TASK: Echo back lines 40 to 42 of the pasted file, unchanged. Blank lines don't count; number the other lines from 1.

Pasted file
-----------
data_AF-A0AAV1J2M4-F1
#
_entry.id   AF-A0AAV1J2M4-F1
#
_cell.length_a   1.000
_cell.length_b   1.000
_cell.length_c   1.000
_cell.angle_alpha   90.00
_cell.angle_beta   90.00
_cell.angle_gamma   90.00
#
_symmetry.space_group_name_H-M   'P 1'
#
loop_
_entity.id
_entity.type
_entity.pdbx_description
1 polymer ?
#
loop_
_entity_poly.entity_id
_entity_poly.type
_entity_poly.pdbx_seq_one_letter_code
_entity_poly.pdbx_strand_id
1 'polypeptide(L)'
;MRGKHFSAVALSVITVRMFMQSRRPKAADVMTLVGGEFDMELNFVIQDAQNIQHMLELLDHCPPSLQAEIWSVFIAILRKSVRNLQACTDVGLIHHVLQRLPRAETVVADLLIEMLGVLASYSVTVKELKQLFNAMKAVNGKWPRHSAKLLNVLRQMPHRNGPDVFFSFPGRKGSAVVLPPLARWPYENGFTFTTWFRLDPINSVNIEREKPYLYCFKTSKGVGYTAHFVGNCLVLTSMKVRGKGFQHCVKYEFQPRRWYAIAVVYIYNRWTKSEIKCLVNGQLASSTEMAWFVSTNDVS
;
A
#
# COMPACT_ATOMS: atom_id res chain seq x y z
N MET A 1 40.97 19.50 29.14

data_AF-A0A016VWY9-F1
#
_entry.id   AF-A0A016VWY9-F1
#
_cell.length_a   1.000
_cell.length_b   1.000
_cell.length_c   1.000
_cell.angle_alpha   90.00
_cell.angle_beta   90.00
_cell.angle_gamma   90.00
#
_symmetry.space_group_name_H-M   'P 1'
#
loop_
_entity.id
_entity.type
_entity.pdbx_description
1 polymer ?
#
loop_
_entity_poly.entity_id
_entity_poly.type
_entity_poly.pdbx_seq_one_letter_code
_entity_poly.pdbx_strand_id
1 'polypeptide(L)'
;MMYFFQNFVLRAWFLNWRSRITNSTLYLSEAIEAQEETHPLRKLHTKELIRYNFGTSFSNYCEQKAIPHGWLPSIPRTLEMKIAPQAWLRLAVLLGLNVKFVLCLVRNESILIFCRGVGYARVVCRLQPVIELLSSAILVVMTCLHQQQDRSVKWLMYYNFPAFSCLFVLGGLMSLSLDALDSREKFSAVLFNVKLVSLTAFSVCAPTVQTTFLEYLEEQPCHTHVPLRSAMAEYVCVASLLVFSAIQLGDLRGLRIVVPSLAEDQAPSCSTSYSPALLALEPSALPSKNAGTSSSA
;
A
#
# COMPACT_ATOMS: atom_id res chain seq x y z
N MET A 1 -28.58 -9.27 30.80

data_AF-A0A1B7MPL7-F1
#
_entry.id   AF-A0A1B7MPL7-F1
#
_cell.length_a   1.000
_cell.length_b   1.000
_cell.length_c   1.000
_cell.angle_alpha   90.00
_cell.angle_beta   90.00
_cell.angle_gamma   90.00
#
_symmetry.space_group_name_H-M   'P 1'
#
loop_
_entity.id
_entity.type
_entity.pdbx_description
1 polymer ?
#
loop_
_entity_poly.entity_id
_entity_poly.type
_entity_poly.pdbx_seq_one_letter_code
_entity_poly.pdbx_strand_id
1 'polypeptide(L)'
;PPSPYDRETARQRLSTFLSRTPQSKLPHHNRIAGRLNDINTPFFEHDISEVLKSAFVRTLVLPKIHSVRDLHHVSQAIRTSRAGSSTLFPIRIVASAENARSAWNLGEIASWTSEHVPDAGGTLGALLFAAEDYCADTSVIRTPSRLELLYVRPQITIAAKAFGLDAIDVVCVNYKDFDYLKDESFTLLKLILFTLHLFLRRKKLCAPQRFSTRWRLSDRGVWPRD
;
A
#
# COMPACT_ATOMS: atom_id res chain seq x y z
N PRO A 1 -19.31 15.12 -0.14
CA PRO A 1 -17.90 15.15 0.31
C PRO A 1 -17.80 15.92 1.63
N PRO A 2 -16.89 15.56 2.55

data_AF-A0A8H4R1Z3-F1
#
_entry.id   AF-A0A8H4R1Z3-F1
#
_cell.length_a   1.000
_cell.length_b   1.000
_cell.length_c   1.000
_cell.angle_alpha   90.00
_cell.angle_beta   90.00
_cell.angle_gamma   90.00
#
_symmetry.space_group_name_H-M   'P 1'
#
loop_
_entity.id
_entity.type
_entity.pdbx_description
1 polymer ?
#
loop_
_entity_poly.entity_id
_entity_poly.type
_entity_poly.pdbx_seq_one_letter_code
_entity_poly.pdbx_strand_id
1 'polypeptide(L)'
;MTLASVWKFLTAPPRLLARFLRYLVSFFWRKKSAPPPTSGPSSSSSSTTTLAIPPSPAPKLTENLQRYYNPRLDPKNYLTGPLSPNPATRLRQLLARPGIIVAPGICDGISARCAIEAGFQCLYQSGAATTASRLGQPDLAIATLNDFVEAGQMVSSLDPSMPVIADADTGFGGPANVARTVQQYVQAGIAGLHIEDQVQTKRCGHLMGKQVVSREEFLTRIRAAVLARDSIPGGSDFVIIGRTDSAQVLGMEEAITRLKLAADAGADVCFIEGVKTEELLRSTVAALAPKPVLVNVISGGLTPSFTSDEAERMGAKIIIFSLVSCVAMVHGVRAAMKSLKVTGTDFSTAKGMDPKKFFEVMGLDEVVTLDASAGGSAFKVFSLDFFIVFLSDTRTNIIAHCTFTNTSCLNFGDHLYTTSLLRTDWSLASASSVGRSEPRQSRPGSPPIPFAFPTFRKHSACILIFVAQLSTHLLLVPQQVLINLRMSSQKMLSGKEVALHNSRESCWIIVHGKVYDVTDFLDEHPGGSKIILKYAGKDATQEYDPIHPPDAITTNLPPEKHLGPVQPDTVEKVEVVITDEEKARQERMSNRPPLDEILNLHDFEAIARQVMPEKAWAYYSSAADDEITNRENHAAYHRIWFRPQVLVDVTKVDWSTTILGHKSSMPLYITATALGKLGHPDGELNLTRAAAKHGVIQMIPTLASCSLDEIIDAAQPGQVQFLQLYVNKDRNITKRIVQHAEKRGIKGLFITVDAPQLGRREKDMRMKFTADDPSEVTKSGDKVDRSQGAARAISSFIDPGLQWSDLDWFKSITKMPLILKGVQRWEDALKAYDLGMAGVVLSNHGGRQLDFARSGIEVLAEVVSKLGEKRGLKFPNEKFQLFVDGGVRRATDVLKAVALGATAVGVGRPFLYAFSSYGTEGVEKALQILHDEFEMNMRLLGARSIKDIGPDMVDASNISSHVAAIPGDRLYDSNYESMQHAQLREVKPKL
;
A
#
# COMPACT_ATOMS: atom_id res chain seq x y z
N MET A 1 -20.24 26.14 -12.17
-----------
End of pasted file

_cell.angle_beta   90.00
_cell.angle_gamma   90.00
#